Since the announcement of Cortese leaving Saints broke, tabloids, 24-hour TV stations and radio shows across England have driven the story into a frenzy and suddenly every single Southampton player wants to leave. That is categorically not the case. Before the press conference on Thursday I was chatting with a few journalists and office staff from the club, who were jokingly trying to work out which one of them would be playing up front or in goal against Sunderland this weekend, they were poking fun at the absurd hyperbole being churned up by the media fallout.

The tabloids had sunk their teeth into the situation at Southampton, and they weren’t going to let go until they had their pound of flesh.

source: AP
Southampton’s fine crop of young English talent will not be sold, as Katharina Liebherr’s first move was to reassure the fans their heroes would not vanish.

Despite all the fabricated rumors about teenage sensation Luke Shaw moving, plus England internationals Rickie Lambert, Jay Rodriguez and Adam Lallana and others leaving Southampton, none of them have left and none of them will leave.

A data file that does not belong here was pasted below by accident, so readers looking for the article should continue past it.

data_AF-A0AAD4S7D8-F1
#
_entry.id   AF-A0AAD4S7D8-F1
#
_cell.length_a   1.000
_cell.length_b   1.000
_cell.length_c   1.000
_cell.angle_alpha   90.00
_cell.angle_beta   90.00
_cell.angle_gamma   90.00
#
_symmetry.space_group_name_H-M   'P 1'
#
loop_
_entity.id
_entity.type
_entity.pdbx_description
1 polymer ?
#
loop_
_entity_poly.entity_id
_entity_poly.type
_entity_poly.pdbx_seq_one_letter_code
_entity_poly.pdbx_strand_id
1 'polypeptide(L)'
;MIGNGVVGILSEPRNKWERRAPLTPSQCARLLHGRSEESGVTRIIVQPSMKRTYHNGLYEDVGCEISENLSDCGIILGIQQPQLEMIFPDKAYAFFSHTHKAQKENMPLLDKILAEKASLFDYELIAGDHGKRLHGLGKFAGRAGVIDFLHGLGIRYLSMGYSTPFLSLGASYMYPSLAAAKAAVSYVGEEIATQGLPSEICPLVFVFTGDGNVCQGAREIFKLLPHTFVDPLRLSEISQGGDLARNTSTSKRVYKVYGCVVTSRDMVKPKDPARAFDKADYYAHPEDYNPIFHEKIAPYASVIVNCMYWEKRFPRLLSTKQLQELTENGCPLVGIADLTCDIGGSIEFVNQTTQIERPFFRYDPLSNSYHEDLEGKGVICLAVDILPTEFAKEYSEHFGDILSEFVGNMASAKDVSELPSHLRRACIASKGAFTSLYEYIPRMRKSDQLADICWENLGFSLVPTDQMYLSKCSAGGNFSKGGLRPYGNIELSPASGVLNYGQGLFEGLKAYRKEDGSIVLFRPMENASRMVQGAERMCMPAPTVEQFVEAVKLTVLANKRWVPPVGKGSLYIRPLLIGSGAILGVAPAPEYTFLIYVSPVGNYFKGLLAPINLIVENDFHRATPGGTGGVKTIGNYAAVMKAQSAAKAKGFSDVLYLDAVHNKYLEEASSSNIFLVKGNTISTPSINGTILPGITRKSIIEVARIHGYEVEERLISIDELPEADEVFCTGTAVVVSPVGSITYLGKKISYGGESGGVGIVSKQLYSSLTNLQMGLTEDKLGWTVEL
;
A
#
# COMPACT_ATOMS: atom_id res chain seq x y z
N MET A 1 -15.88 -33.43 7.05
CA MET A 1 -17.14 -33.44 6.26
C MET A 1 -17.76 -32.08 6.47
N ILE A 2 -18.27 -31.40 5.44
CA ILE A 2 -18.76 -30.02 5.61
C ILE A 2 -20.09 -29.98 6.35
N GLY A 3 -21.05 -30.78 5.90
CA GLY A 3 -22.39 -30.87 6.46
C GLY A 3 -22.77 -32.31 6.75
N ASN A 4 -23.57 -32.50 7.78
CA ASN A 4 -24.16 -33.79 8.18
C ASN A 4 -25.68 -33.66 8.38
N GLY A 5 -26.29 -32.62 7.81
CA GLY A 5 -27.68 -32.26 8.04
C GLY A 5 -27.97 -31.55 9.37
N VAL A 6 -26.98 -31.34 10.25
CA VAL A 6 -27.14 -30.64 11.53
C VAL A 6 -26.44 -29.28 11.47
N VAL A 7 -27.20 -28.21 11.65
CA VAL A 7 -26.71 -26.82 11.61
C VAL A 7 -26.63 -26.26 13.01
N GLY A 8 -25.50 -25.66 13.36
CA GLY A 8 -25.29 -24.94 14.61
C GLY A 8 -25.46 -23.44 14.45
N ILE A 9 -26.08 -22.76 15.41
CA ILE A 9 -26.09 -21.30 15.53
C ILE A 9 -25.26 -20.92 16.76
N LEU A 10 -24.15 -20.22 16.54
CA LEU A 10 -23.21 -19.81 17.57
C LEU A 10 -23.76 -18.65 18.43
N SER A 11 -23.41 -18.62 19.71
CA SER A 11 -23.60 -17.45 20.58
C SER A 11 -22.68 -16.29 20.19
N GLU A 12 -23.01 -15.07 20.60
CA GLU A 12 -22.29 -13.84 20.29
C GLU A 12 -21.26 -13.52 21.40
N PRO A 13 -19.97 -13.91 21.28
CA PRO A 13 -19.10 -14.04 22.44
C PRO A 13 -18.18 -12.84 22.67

Here’s a statement released by owner Katharina Liebherr on Friday saying just that.

“The Club has no plans to sell any of the squad during the January transfer window. The manager and the team have my full support.”

Fans of Southampton can breath easy. For now. The top English clubs are circling to snap up their talented players, as the likes of Manchester City, Manchester United and Chelsea are on the hunt for a quick-fire sale from Katharina Liebherr. It seems like that’s not likely to happen, but that doubt will keep looming until the situation has been totally clarified.